How They Got Started: 3 Different Routes into Business as Mission

From Dream to Island Reality: Samantha

At the tender age of nine, rather than dreaming of make-believe castles and glass slippers, Samantha dreamed about living her life on a certain archipelago in Asia. After college Samantha spent a year in China teaching English then returned to the States to get her Master’s degree in Teaching English as a Foreign Language. Upon graduating, she taught English for several years at high school level. Then one day God began stirring that dream from her childhood of living in Asia. After months of seeking wise counsel and pushing on doors, a plan began to take shape. True to His word, God did “more than she could ask or imagine”, doors opened for her to join an organisation that fit her youthfulness and passion. She raised long-term support, and took a survey trip. Within a short time Samantha had moved and begun studying the local language on a main island of the archipelago. She was open to God’s provision, setting no expectations on how long she would remain long-term in the country.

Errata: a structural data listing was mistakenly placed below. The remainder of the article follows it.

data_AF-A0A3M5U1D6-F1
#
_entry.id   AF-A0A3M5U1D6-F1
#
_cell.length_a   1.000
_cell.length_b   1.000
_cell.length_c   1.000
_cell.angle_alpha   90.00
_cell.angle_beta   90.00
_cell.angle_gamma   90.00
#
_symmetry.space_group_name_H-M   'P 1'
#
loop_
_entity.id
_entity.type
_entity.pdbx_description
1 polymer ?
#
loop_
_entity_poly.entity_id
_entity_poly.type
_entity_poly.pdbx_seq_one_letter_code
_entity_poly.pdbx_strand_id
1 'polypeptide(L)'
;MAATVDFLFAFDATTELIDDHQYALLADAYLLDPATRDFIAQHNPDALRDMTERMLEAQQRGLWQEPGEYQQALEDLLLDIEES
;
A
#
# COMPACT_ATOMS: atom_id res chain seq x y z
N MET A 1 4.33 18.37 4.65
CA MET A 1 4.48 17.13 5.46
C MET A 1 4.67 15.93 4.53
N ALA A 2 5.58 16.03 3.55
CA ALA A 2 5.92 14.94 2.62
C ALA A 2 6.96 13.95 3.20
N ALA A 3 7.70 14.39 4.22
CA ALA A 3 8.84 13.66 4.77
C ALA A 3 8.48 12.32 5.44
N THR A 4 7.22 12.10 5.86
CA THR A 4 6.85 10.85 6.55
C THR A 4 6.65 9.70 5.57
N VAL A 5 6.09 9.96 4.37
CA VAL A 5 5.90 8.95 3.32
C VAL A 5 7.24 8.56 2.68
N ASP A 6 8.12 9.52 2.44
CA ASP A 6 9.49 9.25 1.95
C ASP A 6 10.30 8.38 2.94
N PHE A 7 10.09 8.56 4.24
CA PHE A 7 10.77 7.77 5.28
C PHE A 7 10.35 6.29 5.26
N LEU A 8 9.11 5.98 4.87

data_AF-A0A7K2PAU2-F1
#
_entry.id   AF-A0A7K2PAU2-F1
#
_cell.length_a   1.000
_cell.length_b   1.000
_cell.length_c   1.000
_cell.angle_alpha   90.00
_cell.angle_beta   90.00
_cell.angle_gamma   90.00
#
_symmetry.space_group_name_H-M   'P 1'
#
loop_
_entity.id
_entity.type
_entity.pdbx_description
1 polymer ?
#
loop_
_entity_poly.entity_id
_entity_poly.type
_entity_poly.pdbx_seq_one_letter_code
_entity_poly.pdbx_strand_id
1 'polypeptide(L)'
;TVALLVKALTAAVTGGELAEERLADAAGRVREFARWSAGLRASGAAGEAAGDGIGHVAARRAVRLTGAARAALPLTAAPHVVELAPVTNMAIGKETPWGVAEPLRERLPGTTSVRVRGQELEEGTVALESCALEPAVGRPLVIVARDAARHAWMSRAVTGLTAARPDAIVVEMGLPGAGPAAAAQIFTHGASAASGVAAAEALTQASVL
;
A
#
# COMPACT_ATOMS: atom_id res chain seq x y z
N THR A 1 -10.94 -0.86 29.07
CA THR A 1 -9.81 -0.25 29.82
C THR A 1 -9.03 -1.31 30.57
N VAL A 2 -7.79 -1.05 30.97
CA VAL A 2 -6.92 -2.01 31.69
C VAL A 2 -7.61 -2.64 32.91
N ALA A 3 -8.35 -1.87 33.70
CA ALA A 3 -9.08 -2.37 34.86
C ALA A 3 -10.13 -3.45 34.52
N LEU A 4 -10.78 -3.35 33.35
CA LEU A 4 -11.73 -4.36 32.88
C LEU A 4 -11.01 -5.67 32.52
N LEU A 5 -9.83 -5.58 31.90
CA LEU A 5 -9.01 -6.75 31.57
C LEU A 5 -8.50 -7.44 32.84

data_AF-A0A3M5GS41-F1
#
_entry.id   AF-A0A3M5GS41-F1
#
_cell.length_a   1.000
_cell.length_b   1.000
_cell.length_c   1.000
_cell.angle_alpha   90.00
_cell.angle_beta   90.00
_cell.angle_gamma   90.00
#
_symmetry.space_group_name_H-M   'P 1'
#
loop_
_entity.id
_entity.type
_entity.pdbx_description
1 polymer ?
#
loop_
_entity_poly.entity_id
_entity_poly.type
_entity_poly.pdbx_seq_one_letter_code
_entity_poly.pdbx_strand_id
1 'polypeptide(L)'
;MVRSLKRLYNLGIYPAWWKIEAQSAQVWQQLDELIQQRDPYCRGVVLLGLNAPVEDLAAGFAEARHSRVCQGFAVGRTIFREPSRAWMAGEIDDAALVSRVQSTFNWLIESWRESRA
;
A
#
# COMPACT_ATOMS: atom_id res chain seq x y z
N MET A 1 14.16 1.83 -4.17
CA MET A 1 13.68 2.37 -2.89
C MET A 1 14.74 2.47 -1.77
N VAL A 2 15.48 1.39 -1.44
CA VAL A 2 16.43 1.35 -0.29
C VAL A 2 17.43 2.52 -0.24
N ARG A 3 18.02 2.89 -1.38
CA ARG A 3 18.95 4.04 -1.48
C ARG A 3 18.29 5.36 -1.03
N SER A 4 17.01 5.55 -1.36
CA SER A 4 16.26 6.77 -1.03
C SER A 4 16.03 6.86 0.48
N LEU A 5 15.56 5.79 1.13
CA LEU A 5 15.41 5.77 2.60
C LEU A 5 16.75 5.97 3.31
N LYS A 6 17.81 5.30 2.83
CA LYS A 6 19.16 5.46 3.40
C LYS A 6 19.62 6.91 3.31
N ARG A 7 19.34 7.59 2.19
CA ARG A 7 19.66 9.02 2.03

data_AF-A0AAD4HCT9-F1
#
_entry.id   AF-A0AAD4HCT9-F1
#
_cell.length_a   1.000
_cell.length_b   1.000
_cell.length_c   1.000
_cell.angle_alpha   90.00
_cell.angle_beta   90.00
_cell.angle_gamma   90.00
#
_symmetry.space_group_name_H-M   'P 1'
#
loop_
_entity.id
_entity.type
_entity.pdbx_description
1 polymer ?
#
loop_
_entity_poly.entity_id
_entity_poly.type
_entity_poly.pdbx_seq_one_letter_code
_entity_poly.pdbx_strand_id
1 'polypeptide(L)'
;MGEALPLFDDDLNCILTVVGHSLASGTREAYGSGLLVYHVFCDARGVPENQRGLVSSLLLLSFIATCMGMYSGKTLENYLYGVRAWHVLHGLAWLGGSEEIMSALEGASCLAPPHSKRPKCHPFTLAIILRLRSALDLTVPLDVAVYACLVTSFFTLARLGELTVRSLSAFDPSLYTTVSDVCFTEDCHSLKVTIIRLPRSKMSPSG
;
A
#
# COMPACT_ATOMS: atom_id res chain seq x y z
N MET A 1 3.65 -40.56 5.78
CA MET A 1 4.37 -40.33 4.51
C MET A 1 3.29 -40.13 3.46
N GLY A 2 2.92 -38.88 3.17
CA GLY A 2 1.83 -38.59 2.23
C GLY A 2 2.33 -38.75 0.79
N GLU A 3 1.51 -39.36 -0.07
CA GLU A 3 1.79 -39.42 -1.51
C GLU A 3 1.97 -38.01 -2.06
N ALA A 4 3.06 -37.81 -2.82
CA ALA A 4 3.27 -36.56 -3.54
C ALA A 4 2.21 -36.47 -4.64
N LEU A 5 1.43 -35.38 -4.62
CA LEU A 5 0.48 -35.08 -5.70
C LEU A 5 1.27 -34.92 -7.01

Three months into her language studies Samantha received a phone call from a certain small business ministering out in the islands asking if she would join them in their endeavor. Samantha had connected with this business months prior during her survey trip, hoping that God would open the door for her to join their business since their vision was the same as hers for the islands. With her teaching skills and a passion for the Islands, she immediately said, “Yes!” – believing she could do anything God called her to, including small business.

For five years Samantha played all kinds of roles in the company. She learned as she went, wearing many hats. She attended various BAM conferences and helped with church planting training courses. She was in the thick of running this business and helping people experience Jesus.